Global share prices have risen significantly over 2017, particularly in emerging markets (Graph 2.11). The rises reflect higher corporate earnings, which have been supported by the improved economic conditions, and the low interest rate environment. In the United States, aggregate corporate earnings are forecast to rise substantially in 2017 for the first time in three years. Nonetheless, the rise in share prices has generally outpaced the rise in near-term earnings. As a result, measures of valuation, such as the price-earnings ratio, have increased in many share markets to around their highest levels in more than a decade and, as noted in the Bank’s October 2017 Financial Stability Review, some asset prices appear elevated (Graph 2.12). However, the high level of valuations is broadly consistent with expectations of ongoing strength in earnings over the next few years and the low level of interest rates.
Chinese Financial Markets
Chinese government and corporate bond yields have increased recently because market participants expect that the authorities will renew efforts to address concerns around leverage in the financial system. Prior to these moves, conditions in Chinese financial markets had been little changed since the middle of the year (Graph 2.13). This followed a period of rising financial market interest rates that accompanied regulatory measures implemented by Chinese authorities in response to concerns about financial stability risks (see RBA (2017), ‘Box B: Recent Developments in Chinese Financial Regulations’, Statement on Monetary Policy, August, pp 27–30 for details). These earlier measures appear to have had some effect in reducing vulnerabilities in some areas of the financial sector (see ‘International Economic Developments’).
The People’s Bank of China (PBC) announced a reduction in reserve requirement ratios (RRR) from 2018 for banks that meet certain targets for lending to small businesses and the agricultural sector. The PBC subsequently reiterated its intention to implement a prudent and neutral monetary policy, while keeping liquidity stable, and has said that the RRR announcement does not reflect a shift in its monetary policy stance.
Chinese share prices have increased further during the second half of this year and are around one-third higher over 2017 to date (Graph 2.14). Equity prices have been supported by a general improvement in corporate profitability amid generally better-than-expected economic conditions. An increase in net investment flows into equities from Hong Kong has also contributed. Partly in response to these flows, the difference between share prices on the mainland (in the A-share market) and in Hong Kong (in the H-share market) of Chinese companies with a dual listing has widened.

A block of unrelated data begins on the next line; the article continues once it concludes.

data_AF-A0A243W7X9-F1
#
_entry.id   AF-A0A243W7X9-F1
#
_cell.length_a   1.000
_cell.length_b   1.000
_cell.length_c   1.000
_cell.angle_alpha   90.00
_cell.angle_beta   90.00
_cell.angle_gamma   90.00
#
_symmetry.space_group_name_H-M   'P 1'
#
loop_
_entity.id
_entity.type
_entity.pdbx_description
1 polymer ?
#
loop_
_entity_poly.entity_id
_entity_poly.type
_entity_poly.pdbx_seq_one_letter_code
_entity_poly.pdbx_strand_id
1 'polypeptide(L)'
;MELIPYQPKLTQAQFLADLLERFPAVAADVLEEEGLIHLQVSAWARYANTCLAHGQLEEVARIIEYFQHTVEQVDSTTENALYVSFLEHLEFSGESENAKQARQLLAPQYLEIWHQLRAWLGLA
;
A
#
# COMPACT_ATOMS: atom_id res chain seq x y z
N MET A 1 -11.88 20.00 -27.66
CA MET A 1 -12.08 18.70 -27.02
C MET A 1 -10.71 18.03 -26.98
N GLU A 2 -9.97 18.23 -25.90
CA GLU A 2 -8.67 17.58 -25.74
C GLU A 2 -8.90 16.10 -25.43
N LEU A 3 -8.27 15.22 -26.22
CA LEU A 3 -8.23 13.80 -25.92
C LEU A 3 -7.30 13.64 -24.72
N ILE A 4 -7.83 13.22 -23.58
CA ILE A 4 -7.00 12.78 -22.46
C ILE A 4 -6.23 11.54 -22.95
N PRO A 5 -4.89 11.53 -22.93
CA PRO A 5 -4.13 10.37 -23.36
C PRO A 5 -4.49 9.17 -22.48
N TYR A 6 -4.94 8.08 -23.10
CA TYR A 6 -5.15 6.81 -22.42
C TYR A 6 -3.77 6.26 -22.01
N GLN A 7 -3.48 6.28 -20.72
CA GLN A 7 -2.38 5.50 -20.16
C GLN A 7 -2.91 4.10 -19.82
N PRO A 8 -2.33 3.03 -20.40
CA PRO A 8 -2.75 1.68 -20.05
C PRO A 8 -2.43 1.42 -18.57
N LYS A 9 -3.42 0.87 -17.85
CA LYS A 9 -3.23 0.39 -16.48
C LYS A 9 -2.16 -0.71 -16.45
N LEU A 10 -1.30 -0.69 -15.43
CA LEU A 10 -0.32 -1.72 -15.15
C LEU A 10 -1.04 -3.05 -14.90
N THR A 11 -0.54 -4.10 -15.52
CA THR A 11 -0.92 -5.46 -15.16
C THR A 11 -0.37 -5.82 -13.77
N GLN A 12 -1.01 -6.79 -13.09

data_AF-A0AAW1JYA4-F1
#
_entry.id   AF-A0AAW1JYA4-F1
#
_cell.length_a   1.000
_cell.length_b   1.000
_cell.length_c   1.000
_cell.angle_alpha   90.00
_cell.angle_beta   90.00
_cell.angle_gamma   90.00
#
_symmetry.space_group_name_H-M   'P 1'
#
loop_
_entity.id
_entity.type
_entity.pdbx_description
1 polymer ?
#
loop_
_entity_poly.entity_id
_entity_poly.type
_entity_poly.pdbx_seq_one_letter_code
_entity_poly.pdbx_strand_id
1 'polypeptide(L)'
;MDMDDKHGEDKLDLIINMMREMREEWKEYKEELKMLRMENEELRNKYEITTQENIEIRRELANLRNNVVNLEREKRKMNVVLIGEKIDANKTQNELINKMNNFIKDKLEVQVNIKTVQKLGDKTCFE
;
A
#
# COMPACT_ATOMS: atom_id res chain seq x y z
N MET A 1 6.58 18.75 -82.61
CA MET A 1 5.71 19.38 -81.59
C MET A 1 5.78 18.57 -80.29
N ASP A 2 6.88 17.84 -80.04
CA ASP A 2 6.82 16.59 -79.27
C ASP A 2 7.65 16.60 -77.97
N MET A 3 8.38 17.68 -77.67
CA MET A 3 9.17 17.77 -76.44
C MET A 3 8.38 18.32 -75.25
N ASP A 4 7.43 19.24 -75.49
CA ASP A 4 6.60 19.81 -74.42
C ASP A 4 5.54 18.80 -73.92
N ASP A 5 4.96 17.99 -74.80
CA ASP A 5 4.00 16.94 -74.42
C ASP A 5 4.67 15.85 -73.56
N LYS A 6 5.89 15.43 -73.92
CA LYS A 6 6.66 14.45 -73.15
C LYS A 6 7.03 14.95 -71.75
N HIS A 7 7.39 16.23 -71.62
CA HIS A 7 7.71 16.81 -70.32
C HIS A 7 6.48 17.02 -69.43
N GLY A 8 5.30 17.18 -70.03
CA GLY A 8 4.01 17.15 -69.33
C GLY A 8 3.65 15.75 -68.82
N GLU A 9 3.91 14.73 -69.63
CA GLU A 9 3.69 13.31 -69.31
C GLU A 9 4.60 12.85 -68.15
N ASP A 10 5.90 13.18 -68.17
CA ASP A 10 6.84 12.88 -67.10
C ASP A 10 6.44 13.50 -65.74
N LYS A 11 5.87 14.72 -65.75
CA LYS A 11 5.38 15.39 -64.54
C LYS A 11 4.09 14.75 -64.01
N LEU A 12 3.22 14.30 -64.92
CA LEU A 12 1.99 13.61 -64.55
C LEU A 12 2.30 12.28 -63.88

There has been a change in behaviour this year in response to policies related to capital flows and the exchange rate. China has experienced small net private capital inflows over 2017 to date (Graph 2.15). Private capital inflows have been driven by an increase in foreigners’ holdings of Chinese renminbi (RMB) with Chinese banks, as well as an increase in Chinese corporations’ borrowing in foreign currency. This is in contrast to the trend over the previous few years, when Chinese firms had opted to repay debts denominated in foreign currency, contributing to large net capital outflows. Partly reflecting the turnaround in net capital flows, the value of the PBC’s foreign currency reserves has been little changed over the year to October, at a bit over US$3 trillion.
The noticeable appreciation of the RMB against the US dollar over 2017 to date has both supported and reflected net capital inflows (Graph 2.16). The appreciation has reduced the perceived currency risk associated with holding assets denominated in RMB and increased the attractiveness of borrowing in foreign currency. Much of the appreciation over the year has been associated with broad-based depreciation of the US dollar (notwithstanding the slight appreciation of the US dollar over the past couple of months, see Foreign Exchange); the RMB is little changed on a trade-weighted (TWI) basis. Volatility in the RMB has picked up recently, in line with the PBC looking to gradually allow more flexibility in the exchange rate. Consistent with this, the authorities recently removed a requirement, introduced in late 2015, which had made it more expensive to sell RMB.